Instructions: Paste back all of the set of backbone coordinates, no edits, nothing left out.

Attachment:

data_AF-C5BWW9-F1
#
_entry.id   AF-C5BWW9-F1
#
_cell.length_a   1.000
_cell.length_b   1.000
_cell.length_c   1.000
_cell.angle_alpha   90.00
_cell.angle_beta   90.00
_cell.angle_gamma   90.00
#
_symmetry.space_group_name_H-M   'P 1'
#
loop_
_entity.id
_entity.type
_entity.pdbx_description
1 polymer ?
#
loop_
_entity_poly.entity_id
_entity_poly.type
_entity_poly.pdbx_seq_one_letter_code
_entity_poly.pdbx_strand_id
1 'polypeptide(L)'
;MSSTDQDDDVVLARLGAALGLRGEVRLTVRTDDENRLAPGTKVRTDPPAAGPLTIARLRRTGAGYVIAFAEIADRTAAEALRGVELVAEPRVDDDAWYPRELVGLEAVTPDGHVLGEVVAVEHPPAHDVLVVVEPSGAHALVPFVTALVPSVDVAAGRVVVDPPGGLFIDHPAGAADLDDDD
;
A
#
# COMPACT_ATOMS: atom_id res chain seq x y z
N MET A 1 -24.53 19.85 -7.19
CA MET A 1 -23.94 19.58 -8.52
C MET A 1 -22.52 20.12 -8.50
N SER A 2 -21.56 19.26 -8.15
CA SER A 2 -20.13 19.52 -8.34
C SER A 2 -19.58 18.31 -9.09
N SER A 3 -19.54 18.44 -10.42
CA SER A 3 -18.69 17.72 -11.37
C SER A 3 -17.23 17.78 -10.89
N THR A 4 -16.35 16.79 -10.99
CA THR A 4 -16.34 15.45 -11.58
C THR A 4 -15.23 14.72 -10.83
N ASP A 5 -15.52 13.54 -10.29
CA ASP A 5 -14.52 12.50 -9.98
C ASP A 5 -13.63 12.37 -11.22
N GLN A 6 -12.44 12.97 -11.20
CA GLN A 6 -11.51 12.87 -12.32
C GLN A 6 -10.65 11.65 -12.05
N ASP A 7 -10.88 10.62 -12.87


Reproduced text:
data_AF-C5BWW9-F1
#
_entry.id   AF-C5BWW9-F1
#
_cell.length_a   1.000
_cell.length_b   1.000
_cell.length_c   1.000
_cell.angle_alpha   90.00
_cell.angle_beta   90.00
_cell.angle_gamma   90.00
#
_symmetry.space_group_name_H-M   'P 1'
#
loop_
_entity.id
_entity.type
_entity.pdbx_description
1 polymer ?
#
loop_
_entity_poly.entity_id
_entity_poly.type
_entity_poly.pdbx_seq_one_letter_code
_entity_poly.pdbx_strand_id
1 'polypeptide(L)'
;MSSTDQDDDVVLARLGAALGLRGEVRLTVRTDDENRLAPGTKVRTDPPAAGPLTIARLRRTGAGYVIAFAEIADRTAAEALRGVELVAEPRVDDDAWYPRELVGLEAVTPDGHVLGEVVAVEHPPAHDVLVVVEPSGAHALVPFVTALVPSVDVAAGRVVVDPPGGLFIDHPAGAADLDDDD
;
A
#
# COMPACT_ATOMS: atom_id res chain seq x y z
N MET A 1 -24.53 19.85 -7.19
CA MET A 1 -23.94 19.58 -8.52
C MET A 1 -22.52 20.12 -8.50
N SER A 2 -21.56 19.26 -8.15
CA SER A 2 -20.13 19.52 -8.34
C SER A 2 -19.58 18.31 -9.09
N SER A 3 -19.54 18.44 -10.42
CA SER A 3 -18.69 17.72 -11.37
C SER A 3 -17.23 17.78 -10.89
N THR A 4 -16.35 16.79 -10.99
CA THR A 4 -16.34 15.45 -11.58
C THR A 4 -15.23 14.72 -10.83
N ASP A 5 -15.52 13.54 -10.29
CA ASP A 5 -14.52 12.50 -9.98
C ASP A 5 -13.63 12.37 -11.22
N GLN A 6 -12.44 12.97 -11.20
CA GLN A 6 -11.51 12.87 -12.32
C GLN A 6 -10.65 11.65 -12.05
N ASP A 7 -10.88 10.62 -12.87